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Statutory Legacy - what is the increase and what does this mean for you?

On Wednesday 26th July 2023 the Statutory Legacy under the Intestacy Rules will rise from the current £270,000 to £322,000. This is an important change that will impact many families in the future and reminds us all about the reasons why we should have a Will in place.  Bethan Creasey, Solicitor in our Wills, Probate & Estate Planning department, explains more about the change in the Statutory Legacy figure and how families can make preparations now.

What are the Intestacy Rules?

When a person dies without leaving a valid Will, their estate will be distributed according to certain rules, known as the rules of intestacy.

Everyone’s situation will be different depending on who has survived the intestate person and their relationship to them.  The general rule is that the estate will pass in the following order, however this will be determined by those people remaining in the family:

  • Spouse
  • Children
  • Parents
  • Siblings
  • Grandparents
  • Aunts and Uncles
  • The Crown

This can leave some unaccounted for, particularly those who are divorced, have estranged children or cohabit instead of marrying or entering into a civil partnership, and it is a common myth that your assets will be passed to your unmarried partner if you live together and die without leaving a Will.

The rules tend not to take into account these modern relationship dynamics and currently no provisions are made for cohabitees, step-children or close friends. This can lead to distant family members inheriting in place of partners, friends or charities if a valid Will is not in place. Due to this and their tax inefficiency, the rules are often critiqued and the importance of having a valid Will in place is reiterated.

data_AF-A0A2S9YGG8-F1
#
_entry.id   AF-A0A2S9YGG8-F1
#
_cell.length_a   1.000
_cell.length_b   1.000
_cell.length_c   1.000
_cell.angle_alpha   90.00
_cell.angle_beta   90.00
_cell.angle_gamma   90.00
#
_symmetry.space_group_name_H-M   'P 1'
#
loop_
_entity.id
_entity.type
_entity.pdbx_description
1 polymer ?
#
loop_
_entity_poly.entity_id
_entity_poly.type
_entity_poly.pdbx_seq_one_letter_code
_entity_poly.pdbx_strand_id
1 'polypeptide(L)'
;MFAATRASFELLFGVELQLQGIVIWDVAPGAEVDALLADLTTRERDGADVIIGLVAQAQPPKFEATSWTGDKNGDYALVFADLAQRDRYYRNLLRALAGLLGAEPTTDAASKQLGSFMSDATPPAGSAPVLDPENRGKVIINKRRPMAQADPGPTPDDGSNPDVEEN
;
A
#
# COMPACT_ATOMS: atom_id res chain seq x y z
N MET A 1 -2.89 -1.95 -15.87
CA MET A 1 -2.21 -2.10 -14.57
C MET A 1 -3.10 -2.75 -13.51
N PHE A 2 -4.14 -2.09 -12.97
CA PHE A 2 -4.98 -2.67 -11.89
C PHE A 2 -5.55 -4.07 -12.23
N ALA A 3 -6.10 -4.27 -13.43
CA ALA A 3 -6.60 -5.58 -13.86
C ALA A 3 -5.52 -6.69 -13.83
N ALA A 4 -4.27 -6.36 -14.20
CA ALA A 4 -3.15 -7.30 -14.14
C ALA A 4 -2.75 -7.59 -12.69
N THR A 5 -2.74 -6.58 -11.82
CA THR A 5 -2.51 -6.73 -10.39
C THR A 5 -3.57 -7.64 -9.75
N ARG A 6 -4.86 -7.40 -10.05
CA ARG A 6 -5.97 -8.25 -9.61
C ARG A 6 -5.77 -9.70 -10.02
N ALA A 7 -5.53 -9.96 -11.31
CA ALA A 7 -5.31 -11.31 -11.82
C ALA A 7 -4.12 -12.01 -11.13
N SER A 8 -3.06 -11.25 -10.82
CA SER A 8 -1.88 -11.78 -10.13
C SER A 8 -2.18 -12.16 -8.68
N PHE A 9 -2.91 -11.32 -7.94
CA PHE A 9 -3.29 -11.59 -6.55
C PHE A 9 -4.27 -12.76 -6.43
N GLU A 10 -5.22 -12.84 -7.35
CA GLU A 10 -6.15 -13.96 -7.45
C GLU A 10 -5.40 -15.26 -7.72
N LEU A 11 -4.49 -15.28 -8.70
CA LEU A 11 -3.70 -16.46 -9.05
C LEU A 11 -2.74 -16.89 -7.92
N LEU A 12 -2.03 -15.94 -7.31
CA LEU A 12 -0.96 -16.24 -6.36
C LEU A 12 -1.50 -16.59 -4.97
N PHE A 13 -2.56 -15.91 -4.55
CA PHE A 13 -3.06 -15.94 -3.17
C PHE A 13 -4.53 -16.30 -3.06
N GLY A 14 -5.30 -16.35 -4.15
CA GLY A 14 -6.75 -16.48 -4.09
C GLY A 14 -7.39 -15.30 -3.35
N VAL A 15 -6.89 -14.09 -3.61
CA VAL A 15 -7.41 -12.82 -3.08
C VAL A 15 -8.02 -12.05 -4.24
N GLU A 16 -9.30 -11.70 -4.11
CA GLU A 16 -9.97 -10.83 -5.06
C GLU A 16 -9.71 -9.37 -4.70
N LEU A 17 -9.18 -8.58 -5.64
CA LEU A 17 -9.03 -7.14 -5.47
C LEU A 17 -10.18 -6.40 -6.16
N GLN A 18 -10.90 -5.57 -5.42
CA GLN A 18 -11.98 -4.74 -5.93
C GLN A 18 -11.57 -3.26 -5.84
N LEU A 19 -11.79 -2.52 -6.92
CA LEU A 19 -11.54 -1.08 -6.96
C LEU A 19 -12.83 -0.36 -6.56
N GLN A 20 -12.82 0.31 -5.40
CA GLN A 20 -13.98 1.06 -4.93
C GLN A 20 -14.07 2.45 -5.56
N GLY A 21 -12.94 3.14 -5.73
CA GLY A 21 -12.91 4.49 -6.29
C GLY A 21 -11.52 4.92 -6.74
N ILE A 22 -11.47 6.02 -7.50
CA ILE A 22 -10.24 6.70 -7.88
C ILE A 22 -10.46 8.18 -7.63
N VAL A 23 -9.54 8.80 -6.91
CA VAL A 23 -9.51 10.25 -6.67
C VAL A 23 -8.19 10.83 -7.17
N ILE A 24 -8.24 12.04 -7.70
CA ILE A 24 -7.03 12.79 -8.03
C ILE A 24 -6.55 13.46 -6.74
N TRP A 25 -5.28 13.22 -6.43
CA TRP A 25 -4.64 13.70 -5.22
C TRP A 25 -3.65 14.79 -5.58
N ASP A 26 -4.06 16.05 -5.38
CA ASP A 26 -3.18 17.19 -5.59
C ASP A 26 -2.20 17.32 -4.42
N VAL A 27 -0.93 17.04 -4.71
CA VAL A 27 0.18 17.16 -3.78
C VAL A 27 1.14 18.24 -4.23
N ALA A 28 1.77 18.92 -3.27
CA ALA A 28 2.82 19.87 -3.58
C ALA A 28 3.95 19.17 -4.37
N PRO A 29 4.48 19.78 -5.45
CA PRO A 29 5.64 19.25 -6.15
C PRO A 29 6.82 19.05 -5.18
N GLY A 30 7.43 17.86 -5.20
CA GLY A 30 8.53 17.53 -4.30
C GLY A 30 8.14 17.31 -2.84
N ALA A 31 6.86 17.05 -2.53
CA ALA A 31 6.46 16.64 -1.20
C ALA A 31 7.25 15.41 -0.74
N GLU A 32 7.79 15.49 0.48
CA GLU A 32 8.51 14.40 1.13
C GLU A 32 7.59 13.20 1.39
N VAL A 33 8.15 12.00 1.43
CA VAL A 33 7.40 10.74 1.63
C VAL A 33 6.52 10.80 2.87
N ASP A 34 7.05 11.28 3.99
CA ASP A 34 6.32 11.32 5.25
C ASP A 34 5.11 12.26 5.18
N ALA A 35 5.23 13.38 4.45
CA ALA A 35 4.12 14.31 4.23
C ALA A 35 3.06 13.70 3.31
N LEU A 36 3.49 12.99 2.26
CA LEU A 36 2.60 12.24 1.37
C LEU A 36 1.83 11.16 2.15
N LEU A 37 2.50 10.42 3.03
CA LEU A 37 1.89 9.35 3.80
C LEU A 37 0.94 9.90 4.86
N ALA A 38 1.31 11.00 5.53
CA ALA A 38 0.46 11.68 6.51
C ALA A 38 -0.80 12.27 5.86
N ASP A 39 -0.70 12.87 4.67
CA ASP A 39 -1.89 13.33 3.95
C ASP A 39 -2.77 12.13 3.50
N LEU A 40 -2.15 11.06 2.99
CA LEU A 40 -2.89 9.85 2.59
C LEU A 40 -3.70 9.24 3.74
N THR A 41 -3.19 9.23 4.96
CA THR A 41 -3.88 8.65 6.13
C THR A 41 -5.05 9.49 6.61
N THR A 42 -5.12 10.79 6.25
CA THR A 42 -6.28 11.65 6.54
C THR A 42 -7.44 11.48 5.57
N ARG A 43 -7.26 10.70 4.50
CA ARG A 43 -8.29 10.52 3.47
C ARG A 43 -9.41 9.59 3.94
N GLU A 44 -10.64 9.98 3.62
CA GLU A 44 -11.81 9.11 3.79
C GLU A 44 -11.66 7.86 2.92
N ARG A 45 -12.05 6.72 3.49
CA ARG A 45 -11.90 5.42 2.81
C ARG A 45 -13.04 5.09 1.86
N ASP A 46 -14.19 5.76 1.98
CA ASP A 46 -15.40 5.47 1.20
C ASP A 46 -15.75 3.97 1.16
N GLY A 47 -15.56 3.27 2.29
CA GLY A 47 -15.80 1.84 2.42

What is the Statutory Legacy?

Under the current Statutory Legacy in the intestacy rules, if an intestate person dies with a surviving spouse or civil partner and children, the Statutory Legacy of £270,000 (£322,000 after 26th July 2023) and any personal belongings are gifted to the spouse or civil partner with the rest of the estate, known as the residuary estate, then being shared.

Half of this residuary estate will go to the spouse or civil partner and the other half will be shared equally amongst the children.

Why is the increase in the Statutory Legacy important?

Whilst the increase to the Statutory Legacy may be welcomed by some, it is always recommended to have a valid Will in place and not rely on the intestacy rules to govern the future distribution of your estate.

This increase in the Statutory Legacy sum to £322,000 means your spouse will receive a far higher sum from your estate before your children receive their share as your spouse will receive both the legacy sum, plus 50% of the remainder of your estate.

The intestacy rules do provide for your family but this may not be in the way that you intend, leading to the potential for claims being made against your estate in the future and disgruntled beneficiaries at a time when everyone is grieving.  Writing your Will is also your opportunity to discuss how to efficiently plan for Inheritance Tax, whether this is through a Trust or giving to charity, for example.

Why should I make a Will and not rely on the intestacy rules?

There are many different reasons why you should have a Will in place, no matter your family circumstances.

  • A Will leaves you in control of who will inherit your estate, which will include everything from your property and financial assets, through to personal items such as family heirlooms or jewellery as well as your digital assets and business interests.
  • You can choose who will be involved in managing your estate, from your Executors, beneficiaries and guardians for your children. These roles should all be filled by people you know and trust to take care of your affairs in the future.
  • By discussing your circumstances with an experienced professional, you will have a wider understanding of how else a Will can protect your interests, for example by setting up a Trust.

As demonstrated, the best way of avoiding additional stress at an already difficult and emotional time for your loved ones is to make a Will and to choose who you would like to benefit and how.  To discuss writing your Will or reviewing your current one, contact Bethan or a member of the team today on 01722 412000 or email


This is for information purposes only and is no substitute for, and should not be interpreted as, legal advice. All content was correct at the time of publishing and we cannot be held responsible for any changes that may invalidate this article.